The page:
The Dacian Allurement

excerpt  Never have I felt more keenly all that separates us from the West than in a summer afternoon spent in the Versailles gardens. In the park full of Greek memories: Apollo's Pool, that of Latona, in which the superposed arrangement of the gardens that mount towards the castle reconstitute the harmony of the spheres, so that, arrived under the staircase, in front of the circular garden, the circle of the cut trees and the threshold of the stair surround the horizon in a perfectly closed circle, out of which, at the first step, the wing of the castle rises, like a beating of a wing in the threshold of the world – you, Thracian, conquered by the beauty, remain, still, a stranger. You feel that here the eye is oriented in another way than you, with respect to the outer world, it sees differently. You feel that reason, to imprint its order upon things, must trim the trees and rebuilt the horizon, subordinating all to a geometry which alone appears as a spiritual manifestation. You feel that here the spirit pushes nature towards its margins, that the irregularity blurs in the iridescent and grey air, that the branches of the trees do not recover their freedom of growing but from a certain height and distance, from which the irregularity of the detail looses itself in the unity of the overall vision. And without wanting to, their free growth, at the edge of the closed universe of the mind, resembles to those gargoyles that spring from the height of the stone cathedrals, from the corners, that the order of the spirit chases away like some earthly goblins, elementary and menacing of the order in everything. You understand then that, with all differences of centuries and styles – here the classicism of the 17th century, the homologated Versailles, meets Nôtre-Dame – you have before you a man that does not place himself in front of the universe the same way as you. That you have a man whose "humanity" is to oppose nature, to assert himself as craftsman and master. What a difference between this and the feeling of brotherhood of man with the surrounding things, with the feeling of the man that lives integrated in the harmony of the natural order of the spheres, in which the proportions of what he expresses and what he lives around him sing the same song, he melts in the same harmony of the world, feels to be of himself among his folks. You need for this, but to watch the households with the whiteness of the houses spread among the trees on the hills on whose foot you travel in the rush of the train; or to let yourselves caught in the spell of the placement of the city as a flower among the plains of green, when the train starts descending the slope from Bîrnova towards Iaşi. You feel the same way if you let speak to your soul the poetry of the placement of the monasteries around Bucharest, like Snagov or Căldăruşani or, further on, Horezul. Man is different. These things cannot be seen but they exist still. There isn't a more instructive thing for the one who wants to feel what separates him from the West and what constitutes him as his own reaction, but the passing in a short interval of time from the Roman cathedral of Alba Iulia, where voivode Iancu sleeps among strangers, at the church nearby, built for the crowning of the Unifying King… I spent many hours near them during the time of my past musings. On the other side, the same majestic feeling of the man that wants to dominate the surroundings. The tower that dominates the landscape around it, the walls to which time gave an transparent colour as if they washed in it, the stone notches, all speaks about the craftsman, the man that imposes himself upon nature, wants himself different and master upon it, to defeat death and the waste of time… to endure. On this side… everything is fitted to man and the surrounding nature, as if you were in a garden. Not an effort of persistence. Everything is the natural development of the surrounding nature. The tower in front guards the entrance like a poplar. (In the horizon of the grand canal of Versailles, two poplars closed, on the contrary, the horizon, like a gate…) The porches around the church mingle with the petunias. Every thing is a calm procession of things. And, through their opening, there come in the humming of the Mureş Valley and the greyish horizon of Zarand. Nothing of what man built there insults the landscape, differs from it, was added to it. Here, the Romanian man is whole, as we know him, the man of the melancholy Romanian folk song and of the Romanian ring dance, brother to the mountain and to the woods, brother.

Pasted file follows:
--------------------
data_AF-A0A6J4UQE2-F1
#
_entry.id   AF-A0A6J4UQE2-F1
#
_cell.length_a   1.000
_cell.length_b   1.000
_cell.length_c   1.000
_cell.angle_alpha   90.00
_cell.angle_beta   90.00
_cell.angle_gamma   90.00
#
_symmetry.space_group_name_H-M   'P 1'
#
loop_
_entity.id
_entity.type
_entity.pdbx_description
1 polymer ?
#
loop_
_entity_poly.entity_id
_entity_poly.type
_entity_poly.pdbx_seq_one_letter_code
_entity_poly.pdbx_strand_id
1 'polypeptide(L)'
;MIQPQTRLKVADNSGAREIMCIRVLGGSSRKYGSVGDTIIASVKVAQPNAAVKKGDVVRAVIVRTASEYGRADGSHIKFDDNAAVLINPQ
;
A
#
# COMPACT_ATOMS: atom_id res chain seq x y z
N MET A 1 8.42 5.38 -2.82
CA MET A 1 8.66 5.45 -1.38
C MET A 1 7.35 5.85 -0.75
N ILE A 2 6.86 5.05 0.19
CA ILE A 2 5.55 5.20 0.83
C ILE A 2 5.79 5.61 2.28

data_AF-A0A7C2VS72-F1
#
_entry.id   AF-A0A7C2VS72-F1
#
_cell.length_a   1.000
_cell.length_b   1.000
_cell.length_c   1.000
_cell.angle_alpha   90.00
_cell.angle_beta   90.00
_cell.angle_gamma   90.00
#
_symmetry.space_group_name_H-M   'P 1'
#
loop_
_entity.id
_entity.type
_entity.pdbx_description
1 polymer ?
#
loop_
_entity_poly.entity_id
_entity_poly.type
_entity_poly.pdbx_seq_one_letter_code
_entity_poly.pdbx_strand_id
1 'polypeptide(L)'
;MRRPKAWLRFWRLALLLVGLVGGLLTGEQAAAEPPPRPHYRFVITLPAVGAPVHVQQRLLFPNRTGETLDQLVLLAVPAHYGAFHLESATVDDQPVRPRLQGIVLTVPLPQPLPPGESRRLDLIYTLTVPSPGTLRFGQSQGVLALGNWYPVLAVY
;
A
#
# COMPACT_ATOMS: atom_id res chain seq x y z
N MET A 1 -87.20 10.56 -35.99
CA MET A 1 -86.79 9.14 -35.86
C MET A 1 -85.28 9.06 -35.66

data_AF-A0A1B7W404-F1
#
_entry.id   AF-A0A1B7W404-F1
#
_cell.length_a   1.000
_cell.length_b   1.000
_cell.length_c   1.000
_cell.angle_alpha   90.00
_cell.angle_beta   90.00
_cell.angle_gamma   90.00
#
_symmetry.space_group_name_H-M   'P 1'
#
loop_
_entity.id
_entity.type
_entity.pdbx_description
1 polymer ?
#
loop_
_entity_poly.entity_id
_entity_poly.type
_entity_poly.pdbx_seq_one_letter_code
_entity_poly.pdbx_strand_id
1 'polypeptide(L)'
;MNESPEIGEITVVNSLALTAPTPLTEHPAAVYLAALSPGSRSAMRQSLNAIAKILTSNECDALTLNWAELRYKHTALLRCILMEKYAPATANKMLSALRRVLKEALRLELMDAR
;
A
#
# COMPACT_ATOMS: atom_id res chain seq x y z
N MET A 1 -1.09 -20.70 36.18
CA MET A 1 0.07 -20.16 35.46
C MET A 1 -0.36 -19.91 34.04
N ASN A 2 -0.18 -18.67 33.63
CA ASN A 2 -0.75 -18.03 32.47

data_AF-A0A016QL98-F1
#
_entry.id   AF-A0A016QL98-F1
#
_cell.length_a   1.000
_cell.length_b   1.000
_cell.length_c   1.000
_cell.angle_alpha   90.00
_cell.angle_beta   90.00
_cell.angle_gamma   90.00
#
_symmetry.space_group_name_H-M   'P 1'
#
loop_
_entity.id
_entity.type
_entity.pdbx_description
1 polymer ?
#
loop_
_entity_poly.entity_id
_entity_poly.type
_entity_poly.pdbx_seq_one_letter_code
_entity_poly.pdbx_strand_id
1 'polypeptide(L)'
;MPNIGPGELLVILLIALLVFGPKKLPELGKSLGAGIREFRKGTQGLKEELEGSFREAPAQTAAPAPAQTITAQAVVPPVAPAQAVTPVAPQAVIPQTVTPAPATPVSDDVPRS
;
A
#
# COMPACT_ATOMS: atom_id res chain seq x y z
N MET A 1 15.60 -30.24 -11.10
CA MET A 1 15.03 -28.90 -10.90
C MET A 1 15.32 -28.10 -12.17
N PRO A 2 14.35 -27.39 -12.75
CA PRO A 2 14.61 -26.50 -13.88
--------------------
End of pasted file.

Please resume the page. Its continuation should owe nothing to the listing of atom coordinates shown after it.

by Mircea Vulcănescu (1904-1952)